REPORT: Female Jiu-Jitsu Contestants Quit Tournament After Being Forced to Fight Males


According to a report, women are abandoning the North American Grappling Association (NAGA) Brazilian Jiu-Jitsu tournament after being forced to compete against male-born transgender opponents.

The issue has been roiling Brazilian Jiu-Jitzu since Sept. when female competitor Taelor Moore told fans how upset she was to be suddenly confronted by a male-born opponent without being told beforehand.

California athlete Taelor Moore faced the transgender opponent on Sept. 9 and posted the video to her Instagram page with the caption, “I weighed in at 135 … and she was over 200!”

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Female Jiu-Jitsu competitors are becoming alarmed at the number of transgender athletes joining their sport, with the chief complaint that they fear being injured by a more powerful male opponent.

After the bout in Sept., NAGA made efforts to clarify its rules on trans athletes.

“NAGA does not require biological women to compete against transgender women. Instead, we give the choice to the biological women and if they decline, they compete in a division only with other biological women,” the organization said.

Competitor Jayden Alexander, for instance, said she has been shocked by the influx of male-born opponents.

“I honestly never thought this would actually happen in a contact sport, especially not MY contact sport,” Alexander, who is a Brazilian Jiu-Jitsu blue belt, told Reduxx. “When I saw him, I was so shocked I didn’t know how to respond.”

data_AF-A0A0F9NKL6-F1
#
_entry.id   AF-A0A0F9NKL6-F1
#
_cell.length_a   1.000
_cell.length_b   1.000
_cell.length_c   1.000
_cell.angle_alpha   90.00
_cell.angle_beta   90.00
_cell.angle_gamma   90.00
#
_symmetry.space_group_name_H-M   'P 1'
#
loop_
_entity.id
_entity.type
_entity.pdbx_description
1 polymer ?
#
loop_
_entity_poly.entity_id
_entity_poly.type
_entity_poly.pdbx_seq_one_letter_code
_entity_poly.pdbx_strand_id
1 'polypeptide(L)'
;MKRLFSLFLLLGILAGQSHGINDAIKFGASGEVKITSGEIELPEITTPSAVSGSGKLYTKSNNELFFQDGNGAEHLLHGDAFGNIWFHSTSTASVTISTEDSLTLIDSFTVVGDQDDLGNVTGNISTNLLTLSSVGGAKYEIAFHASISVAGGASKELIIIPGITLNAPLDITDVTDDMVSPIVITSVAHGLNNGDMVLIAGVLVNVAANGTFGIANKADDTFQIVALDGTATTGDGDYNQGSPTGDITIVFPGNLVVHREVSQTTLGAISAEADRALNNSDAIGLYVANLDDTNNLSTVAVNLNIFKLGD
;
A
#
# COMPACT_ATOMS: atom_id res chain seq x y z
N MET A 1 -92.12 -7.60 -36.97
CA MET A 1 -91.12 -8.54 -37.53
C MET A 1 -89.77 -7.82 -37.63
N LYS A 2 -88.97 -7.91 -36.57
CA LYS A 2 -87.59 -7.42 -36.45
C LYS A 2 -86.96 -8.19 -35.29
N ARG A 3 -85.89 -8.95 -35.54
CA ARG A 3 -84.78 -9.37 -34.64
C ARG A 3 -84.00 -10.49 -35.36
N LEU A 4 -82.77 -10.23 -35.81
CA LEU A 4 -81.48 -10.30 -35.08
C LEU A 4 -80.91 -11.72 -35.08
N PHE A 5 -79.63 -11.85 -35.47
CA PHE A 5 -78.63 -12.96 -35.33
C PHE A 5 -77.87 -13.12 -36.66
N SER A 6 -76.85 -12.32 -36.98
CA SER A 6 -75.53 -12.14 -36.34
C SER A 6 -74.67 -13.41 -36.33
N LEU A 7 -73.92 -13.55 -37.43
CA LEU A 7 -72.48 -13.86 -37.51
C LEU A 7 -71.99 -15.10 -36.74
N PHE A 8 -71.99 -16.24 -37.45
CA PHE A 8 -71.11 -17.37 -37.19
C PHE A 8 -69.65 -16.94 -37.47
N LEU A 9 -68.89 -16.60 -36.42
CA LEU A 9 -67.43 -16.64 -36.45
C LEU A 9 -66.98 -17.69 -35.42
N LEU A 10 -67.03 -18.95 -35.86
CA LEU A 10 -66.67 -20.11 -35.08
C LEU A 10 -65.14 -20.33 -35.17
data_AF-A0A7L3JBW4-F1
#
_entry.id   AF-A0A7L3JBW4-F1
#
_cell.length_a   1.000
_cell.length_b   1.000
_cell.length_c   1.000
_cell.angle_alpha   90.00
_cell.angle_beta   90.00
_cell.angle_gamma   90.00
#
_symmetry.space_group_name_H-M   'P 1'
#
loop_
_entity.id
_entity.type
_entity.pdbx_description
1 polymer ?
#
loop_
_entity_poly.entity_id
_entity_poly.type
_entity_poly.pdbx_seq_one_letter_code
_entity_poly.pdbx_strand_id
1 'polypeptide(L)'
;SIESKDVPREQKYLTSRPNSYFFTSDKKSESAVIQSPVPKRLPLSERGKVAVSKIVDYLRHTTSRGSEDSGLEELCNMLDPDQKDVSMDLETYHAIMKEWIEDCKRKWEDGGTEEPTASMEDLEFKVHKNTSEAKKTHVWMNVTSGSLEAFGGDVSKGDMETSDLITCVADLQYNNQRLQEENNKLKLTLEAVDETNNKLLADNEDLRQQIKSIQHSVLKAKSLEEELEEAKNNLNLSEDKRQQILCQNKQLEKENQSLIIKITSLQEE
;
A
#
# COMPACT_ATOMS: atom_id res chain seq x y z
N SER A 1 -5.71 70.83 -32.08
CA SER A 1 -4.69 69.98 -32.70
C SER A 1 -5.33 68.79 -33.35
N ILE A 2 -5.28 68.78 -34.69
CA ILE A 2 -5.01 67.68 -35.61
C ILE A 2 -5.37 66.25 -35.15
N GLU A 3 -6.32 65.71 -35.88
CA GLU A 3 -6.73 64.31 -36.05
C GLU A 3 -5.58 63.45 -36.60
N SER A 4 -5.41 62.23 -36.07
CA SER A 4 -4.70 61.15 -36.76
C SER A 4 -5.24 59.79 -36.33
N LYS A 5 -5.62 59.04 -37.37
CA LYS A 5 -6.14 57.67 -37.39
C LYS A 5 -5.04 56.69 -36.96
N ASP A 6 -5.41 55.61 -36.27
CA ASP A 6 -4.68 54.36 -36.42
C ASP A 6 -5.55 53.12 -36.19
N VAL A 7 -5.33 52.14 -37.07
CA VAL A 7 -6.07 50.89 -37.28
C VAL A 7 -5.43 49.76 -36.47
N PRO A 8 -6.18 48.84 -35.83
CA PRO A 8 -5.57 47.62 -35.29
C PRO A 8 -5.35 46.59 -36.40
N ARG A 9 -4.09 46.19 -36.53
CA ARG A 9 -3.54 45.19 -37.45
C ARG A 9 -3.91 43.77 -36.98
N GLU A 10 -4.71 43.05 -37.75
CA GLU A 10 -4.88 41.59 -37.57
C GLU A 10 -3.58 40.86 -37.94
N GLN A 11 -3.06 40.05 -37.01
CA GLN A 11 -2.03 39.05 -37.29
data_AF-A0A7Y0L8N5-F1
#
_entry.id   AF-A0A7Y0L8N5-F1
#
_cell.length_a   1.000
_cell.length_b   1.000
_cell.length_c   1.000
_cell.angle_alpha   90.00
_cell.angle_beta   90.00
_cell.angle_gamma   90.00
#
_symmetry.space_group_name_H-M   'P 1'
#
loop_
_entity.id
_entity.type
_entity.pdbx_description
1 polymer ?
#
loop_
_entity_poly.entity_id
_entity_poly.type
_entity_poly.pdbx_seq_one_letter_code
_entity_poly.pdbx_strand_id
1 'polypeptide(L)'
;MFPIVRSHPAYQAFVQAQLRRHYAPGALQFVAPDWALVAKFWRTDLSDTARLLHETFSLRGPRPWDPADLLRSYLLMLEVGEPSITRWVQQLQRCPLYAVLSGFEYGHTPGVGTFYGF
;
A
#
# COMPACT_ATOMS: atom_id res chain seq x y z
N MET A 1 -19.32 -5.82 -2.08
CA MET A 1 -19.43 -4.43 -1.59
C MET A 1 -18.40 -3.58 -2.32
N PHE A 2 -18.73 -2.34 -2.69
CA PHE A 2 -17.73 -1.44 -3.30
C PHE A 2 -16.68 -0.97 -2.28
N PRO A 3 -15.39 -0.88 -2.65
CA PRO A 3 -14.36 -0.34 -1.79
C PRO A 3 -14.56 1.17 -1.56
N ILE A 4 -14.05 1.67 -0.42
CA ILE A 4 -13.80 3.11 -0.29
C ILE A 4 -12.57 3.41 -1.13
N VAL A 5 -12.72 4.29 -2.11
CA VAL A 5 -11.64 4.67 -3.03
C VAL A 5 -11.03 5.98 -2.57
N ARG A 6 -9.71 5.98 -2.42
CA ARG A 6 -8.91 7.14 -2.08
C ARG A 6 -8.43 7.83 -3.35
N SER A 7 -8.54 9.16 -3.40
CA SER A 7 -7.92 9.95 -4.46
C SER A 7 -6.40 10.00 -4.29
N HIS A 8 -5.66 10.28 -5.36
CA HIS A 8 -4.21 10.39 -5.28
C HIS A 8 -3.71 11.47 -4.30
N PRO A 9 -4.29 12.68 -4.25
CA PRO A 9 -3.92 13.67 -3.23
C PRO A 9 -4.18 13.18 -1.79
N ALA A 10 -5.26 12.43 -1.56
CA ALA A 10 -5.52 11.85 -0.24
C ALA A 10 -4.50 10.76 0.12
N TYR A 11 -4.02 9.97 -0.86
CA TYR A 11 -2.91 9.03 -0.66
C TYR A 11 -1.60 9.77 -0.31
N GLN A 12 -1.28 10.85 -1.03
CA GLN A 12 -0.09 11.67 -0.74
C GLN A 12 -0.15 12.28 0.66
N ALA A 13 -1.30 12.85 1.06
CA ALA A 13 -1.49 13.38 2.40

Ansleigh Wilk noted that she was never told that she was going to face a transgender opponent until she stepped onto the mats.

“I hadn’t been notified. The only thing that brought it to my attention was my teammates. They kept asking me, ‘Are you fighting a man’ and I was honestly too focused on coaching the rest of the crew to really pay attention to my opponent,” Wilk explained.

They also said that it was clearly different fighting against a male-born opponent than it is facing a female.

Consequently, at the Oct. 21 event, several women refused to compete when they found out several male-born trans athletes had been approved to compete, Reduxx says.

“There was not just one, but two trans-identified males who were signed up in a bracket that me and several other women should have been able to sign up for but couldn’t because we didn’t want to go against the men,” Alexander said. “And for a man to be able to come in and sign up in the women’s bracket and discourage us from even being able to compete at all is absolutely heartbreaking and honestly scary.”

Wilk added that most of the women in Brazilian Jiu-Jitsu are afraid to be tagged as haters and won’t speak up about the problem.

“The majority of the women feel scared to even speak out about this matter. They don’t want to be labeled a bigot or transphobic,” Wilk insisted. “There’s so many girls just not signing up now because they are allowing this. Women’s sports will cease to exist if this keeps up. Medals, belts, records, and money are going to be stripped right away from women.”

Another competitor, Marshi Smith, says she knows several real women who have decided not to compete over this issue.

“I have now spoken to four women who have all fought male fighters in the combat sport of Jiu-Jitsu. They are extremely upset. They are self-excluding,” Smith told Reduxx. “They are emailing federation leadership and being dismissed. These organizations and teams that are encouraging this dangerous display of violence against women need to be publicly shamed into doing what is right for women or reap the outrage that comes with cowardice.”

Women who have trained for years to compete in Brazilian Jiu-Jitsu have been frightened right out of the sport they love, thanks to the inclusion of male-born trans opponents.

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